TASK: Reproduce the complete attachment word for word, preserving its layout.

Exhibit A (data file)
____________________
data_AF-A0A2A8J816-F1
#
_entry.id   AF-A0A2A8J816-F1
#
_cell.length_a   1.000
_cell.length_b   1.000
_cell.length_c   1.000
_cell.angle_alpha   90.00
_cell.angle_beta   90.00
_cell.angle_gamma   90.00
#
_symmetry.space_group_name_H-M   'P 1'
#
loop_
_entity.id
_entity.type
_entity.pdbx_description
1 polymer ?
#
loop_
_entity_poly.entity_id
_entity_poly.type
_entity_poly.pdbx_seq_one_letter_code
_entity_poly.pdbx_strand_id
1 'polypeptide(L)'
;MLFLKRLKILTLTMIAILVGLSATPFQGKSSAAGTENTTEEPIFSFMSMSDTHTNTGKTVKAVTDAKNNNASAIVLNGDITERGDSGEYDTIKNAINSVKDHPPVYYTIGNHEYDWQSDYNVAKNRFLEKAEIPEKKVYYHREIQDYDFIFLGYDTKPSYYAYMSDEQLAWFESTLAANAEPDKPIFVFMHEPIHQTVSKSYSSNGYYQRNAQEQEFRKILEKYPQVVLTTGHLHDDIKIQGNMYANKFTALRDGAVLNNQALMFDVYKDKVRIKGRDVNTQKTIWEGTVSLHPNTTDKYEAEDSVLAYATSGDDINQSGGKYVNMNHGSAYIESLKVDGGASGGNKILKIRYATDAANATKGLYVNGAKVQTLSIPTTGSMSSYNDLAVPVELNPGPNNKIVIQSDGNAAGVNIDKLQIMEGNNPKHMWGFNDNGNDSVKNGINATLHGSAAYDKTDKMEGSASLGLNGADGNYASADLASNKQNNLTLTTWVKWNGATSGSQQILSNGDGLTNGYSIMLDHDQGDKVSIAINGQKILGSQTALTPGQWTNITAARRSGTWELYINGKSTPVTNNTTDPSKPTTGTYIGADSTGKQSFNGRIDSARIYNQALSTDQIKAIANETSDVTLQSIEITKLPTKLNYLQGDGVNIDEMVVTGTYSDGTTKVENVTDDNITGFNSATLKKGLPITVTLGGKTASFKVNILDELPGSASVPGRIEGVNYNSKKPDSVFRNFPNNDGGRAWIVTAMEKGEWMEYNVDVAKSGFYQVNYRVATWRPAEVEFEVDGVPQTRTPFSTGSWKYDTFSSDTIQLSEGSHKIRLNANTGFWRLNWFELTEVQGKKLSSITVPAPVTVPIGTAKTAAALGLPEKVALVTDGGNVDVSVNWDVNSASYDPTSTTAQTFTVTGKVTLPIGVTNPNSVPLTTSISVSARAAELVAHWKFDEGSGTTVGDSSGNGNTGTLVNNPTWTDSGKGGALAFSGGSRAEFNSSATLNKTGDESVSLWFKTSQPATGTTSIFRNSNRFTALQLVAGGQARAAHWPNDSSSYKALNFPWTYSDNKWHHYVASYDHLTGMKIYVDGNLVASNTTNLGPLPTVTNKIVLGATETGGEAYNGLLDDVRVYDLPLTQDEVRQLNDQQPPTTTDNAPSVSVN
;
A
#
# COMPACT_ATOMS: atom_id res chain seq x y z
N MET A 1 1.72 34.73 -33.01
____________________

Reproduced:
data_AF-A0A2A8J816-F1
#
_entry.id   AF-A0A2A8J816-F1
#
_cell.length_a   1.000
_cell.length_b   1.000
_cell.length_c   1.000
_cell.angle_alpha   90.00
_cell.angle_beta   90.00
_cell.angle_gamma   90.00
#
_symmetry.space_group_name_H-M   'P 1'
#
loop_
_entity.id
_entity.type
_entity.pdbx_description
1 polymer ?
#
loop_
_entity_poly.entity_id
_entity_poly.type
_entity_poly.pdbx_seq_one_letter_code
_entity_poly.pdbx_strand_id
1 'polypeptide(L)'
;MLFLKRLKILTLTMIAILVGLSATPFQGKSSAAGTENTTEEPIFSFMSMSDTHTNTGKTVKAVTDAKNNNASAIVLNGDITERGDSGEYDTIKNAINSVKDHPPVYYTIGNHEYDWQSDYNVAKNRFLEKAEIPEKKVYYHREIQDYDFIFLGYDTKPSYYAYMSDEQLAWFESTLAANAEPDKPIFVFMHEPIHQTVSKSYSSNGYYQRNAQEQEFRKILEKYPQVVLTTGHLHDDIKIQGNMYANKFTALRDGAVLNNQALMFDVYKDKVRIKGRDVNTQKTIWEGTVSLHPNTTDKYEAEDSVLAYATSGDDINQSGGKYVNMNHGSAYIESLKVDGGASGGNKILKIRYATDAANATKGLYVNGAKVQTLSIPTTGSMSSYNDLAVPVELNPGPNNKIVIQSDGNAAGVNIDKLQIMEGNNPKHMWGFNDNGNDSVKNGINATLHGSAAYDKTDKMEGSASLGLNGADGNYASADLASNKQNNLTLTTWVKWNGATSGSQQILSNGDGLTNGYSIMLDHDQGDKVSIAINGQKILGSQTALTPGQWTNITAARRSGTWELYINGKSTPVTNNTTDPSKPTTGTYIGADSTGKQSFNGRIDSARIYNQALSTDQIKAIANETSDVTLQSIEITKLPTKLNYLQGDGVNIDEMVVTGTYSDGTTKVENVTDDNITGFNSATLKKGLPITVTLGGKTASFKVNILDELPGSASVPGRIEGVNYNSKKPDSVFRNFPNNDGGRAWIVTAMEKGEWMEYNVDVAKSGFYQVNYRVATWRPAEVEFEVDGVPQTRTPFSTGSWKYDTFSSDTIQLSEGSHKIRLNANTGFWRLNWFELTEVQGKKLSSITVPAPVTVPIGTAKTAAALGLPEKVALVTDGGNVDVSVNWDVNSASYDPTSTTAQTFTVTGKVTLPIGVTNPNSVPLTTSISVSARAAELVAHWKFDEGSGTTVGDSSGNGNTGTLVNNPTWTDSGKGGALAFSGGSRAEFNSSATLNKTGDESVSLWFKTSQPATGTTSIFRNSNRFTALQLVAGGQARAAHWPNDSSSYKALNFPWTYSDNKWHHYVASYDHLTGMKIYVDGNLVASNTTNLGPLPTVTNKIVLGATETGGEAYNGLLDDVRVYDLPLTQDEVRQLNDQQPPTTTDNAPSVSVN
;
A
#
# COMPACT_ATOMS: atom_id res chain seq x y z
N MET A 1 1.72 34.73 -33.01